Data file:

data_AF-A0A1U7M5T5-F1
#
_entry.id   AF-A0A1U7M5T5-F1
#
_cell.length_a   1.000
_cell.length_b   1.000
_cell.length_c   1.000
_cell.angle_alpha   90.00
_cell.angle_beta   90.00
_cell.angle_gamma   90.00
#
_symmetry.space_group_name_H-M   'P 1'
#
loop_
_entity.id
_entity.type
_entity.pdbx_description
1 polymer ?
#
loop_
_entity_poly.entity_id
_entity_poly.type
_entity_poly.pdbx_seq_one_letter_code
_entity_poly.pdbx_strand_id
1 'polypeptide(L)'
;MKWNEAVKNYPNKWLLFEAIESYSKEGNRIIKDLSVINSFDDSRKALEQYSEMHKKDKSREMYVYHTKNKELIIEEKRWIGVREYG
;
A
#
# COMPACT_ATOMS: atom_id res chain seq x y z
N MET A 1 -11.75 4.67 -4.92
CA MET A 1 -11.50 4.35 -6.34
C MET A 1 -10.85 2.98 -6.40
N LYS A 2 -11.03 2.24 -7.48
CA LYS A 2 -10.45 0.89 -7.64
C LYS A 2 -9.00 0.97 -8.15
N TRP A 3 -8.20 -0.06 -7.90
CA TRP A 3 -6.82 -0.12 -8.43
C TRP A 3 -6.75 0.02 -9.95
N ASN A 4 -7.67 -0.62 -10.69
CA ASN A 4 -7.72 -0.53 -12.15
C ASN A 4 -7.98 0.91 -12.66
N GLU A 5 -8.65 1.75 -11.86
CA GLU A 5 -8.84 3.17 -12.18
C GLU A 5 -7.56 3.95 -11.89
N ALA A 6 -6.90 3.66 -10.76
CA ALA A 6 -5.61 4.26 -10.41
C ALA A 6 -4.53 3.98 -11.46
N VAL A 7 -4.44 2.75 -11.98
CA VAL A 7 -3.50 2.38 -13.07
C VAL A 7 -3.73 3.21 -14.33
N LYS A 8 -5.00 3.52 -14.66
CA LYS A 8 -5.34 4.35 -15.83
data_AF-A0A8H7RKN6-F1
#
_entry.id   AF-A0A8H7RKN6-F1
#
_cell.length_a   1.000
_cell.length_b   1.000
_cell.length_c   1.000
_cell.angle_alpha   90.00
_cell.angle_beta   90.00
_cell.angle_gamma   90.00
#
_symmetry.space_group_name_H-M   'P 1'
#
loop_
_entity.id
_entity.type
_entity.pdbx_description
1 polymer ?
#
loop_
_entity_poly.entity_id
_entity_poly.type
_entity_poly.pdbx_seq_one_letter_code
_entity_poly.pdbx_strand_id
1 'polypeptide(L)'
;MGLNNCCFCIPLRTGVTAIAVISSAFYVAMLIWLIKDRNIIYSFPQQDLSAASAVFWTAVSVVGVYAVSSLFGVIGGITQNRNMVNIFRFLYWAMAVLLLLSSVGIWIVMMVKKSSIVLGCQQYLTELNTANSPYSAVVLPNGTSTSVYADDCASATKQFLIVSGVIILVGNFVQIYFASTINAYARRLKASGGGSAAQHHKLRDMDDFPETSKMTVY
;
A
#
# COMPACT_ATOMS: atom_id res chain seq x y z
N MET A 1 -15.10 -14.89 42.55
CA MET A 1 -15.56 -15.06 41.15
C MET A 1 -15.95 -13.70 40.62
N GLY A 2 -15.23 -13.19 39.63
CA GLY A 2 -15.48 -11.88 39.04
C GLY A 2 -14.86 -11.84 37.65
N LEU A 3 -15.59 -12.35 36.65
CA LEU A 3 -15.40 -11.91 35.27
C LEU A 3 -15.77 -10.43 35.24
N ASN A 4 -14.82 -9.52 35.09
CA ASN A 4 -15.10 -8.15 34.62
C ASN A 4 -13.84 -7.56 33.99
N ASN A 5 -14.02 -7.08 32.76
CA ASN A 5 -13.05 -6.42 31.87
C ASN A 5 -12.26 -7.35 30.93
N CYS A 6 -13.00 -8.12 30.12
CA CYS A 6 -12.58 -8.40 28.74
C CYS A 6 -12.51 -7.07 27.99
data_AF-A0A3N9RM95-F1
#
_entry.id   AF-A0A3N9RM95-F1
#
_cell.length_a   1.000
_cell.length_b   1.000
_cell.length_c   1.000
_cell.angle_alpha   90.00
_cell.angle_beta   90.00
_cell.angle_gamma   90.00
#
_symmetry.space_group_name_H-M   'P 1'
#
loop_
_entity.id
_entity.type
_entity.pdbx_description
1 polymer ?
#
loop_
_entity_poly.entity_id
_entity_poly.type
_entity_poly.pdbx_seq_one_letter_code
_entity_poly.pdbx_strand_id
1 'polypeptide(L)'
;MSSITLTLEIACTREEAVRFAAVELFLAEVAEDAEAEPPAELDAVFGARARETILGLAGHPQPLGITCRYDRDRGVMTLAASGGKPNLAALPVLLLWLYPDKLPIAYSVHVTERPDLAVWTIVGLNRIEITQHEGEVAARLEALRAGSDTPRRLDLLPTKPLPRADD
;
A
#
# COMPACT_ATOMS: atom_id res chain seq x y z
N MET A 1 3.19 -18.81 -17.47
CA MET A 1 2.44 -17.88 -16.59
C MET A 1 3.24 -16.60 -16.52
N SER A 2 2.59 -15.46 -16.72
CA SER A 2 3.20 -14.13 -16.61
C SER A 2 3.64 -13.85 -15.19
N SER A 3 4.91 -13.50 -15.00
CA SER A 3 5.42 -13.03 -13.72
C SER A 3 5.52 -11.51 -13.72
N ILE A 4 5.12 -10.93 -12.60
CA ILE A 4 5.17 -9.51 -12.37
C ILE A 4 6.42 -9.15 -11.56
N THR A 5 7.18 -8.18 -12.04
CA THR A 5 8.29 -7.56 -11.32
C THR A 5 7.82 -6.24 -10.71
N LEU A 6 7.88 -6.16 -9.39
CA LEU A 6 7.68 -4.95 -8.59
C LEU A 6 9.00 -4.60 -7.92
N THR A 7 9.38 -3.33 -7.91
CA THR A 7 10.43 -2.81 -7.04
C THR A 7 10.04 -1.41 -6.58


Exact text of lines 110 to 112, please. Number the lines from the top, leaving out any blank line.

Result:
_cell.angle_beta   90.00
_cell.angle_gamma   90.00
#